“In the meantime we would encourage as many people as possible to contribute to the Transport Committee’s inquiry.” Helen Smith – Associate Solicitor
Smart motorways: ‘ongoing risk of future deaths’
Jason Mercer, 44, and Alexandru Murgreanu, 22, of Mansfield, were killed on 7 June, 2019, when they were knocked down by a lorry shortly after a minor collision on the M1 near Meadowhall in South Yorkshire. The pair had pulled over to the roadside as far as possible – and yet the lane was not closed to traffic until after the second, fatal collision.
At an inquest into their deaths, coroner David Urpeth said ALRs carried “an ongoing risk of future deaths”. Jason was found not to have been at fault and was placed at risk of serious injury or death when he broke down on an ALR smart motorway.
The coroner heard evidence from representatives from Highways England. The inquest was told that Jason’s and Alexandru’s death may have been avoided had there been a hard shoulder.
The report by the expert transport team at Royal HaskoningDHV also found that ALRs were designed without enough thought for human error.
Claire Mercer crowdfunds for smart motorways campaign
Claire is running a crowdfunding appeal at www.crowdjustice.com/case/smart-motorway-jr/ as part of her campaign and to support her legal challenge.
Claire, 44, said: “Jason and Alexandru are not alone in what happened to them; people continue to be killed or injured on smart motorways. Undoubtedly there will be many other families also grieving, as well as many others who have been seriously injured and whose lives have changed because of these roads, not to mention those who have experienced near misses.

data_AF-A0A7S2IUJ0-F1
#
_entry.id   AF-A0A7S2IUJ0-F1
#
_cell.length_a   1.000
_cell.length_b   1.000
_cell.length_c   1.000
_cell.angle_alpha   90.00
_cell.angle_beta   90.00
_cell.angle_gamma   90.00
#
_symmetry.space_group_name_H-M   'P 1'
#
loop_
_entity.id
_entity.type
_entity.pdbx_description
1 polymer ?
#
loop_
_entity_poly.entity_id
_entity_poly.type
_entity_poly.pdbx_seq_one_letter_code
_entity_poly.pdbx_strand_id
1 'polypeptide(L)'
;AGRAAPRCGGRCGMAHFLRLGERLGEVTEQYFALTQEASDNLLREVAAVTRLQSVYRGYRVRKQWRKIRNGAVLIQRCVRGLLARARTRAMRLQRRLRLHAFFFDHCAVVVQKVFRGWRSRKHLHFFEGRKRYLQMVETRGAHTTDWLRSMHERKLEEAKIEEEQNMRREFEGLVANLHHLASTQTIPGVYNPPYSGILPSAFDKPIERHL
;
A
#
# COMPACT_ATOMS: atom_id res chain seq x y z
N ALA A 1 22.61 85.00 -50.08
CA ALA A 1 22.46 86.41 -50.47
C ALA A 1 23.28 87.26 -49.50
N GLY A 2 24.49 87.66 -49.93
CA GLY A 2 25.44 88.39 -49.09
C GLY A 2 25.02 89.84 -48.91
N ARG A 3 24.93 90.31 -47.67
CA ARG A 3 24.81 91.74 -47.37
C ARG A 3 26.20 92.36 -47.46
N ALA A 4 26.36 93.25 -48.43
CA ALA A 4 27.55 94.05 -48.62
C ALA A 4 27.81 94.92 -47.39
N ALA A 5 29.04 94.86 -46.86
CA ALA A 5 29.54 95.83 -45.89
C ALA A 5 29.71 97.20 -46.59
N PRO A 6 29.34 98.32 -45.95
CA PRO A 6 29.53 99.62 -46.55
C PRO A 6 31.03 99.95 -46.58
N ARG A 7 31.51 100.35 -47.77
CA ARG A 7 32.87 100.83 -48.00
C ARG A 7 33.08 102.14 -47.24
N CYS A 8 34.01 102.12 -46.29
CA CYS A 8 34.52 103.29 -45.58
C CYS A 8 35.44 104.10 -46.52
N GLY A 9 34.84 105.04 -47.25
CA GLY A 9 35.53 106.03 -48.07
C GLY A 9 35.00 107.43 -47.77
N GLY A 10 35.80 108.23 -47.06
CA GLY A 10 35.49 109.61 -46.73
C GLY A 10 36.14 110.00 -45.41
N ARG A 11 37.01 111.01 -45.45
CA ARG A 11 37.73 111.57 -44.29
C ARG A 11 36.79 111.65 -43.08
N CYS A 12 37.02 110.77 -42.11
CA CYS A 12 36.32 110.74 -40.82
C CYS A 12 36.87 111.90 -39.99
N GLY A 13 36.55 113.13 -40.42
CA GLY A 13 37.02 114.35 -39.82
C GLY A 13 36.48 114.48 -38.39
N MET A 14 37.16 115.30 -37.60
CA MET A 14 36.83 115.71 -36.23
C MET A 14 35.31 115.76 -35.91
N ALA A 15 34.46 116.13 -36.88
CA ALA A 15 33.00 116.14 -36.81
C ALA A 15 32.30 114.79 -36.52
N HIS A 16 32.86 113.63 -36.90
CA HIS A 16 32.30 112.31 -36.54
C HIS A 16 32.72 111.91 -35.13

“These roads have been built all over the country without any proper consideration to the public’s safety or the views of the people who use them.
“I know nothing can bring him back but I wouldn’t want others to face the heartbreak and pain I live with every day after Jason’s death.
“Therefore it’s vital that everyone whose lives have been affected in some way by these roads ensure they have their say.
“The Government and Highways England need to take notice and action. By contributing to this review you can help them do so.”
How to submit views to Transport Committee’s inquiry
For more information about the Transport Committee’s call for evidence and to submit views visit www.committees.parliament.uk/call-for-evidence/411/the-rollout-and-safety-of-smart-motorways/
Irwin Mitchell also represents the family of Nargis Begum in a separate civil case involving Highways England.
Nargis, of Darnall, Sheffield, a mum-of-five and grandmother-of-nine, died in September 2018 on the M1. The Nissan Qashqai she was a passenger in broke down close to Woodall services near Sheffield. Nargis, 62, and her husband Mohammed Bashir, 67, who had been driving, had exited their vehicle. They were waiting for help to arrive when another vehicle collided with their Nissan, which then ploughed into Nargis.
The stranded Nissan had had its hazard lights on for 17 minutes before the collision. The lane had not been closed to traffic.
Earlier this year, Coroner Nicola Mundy referred Nargis’s death to the Crown Prosecution Service asking it to investigate whether there were grounds for Highways England to face corporate manslaughter charges.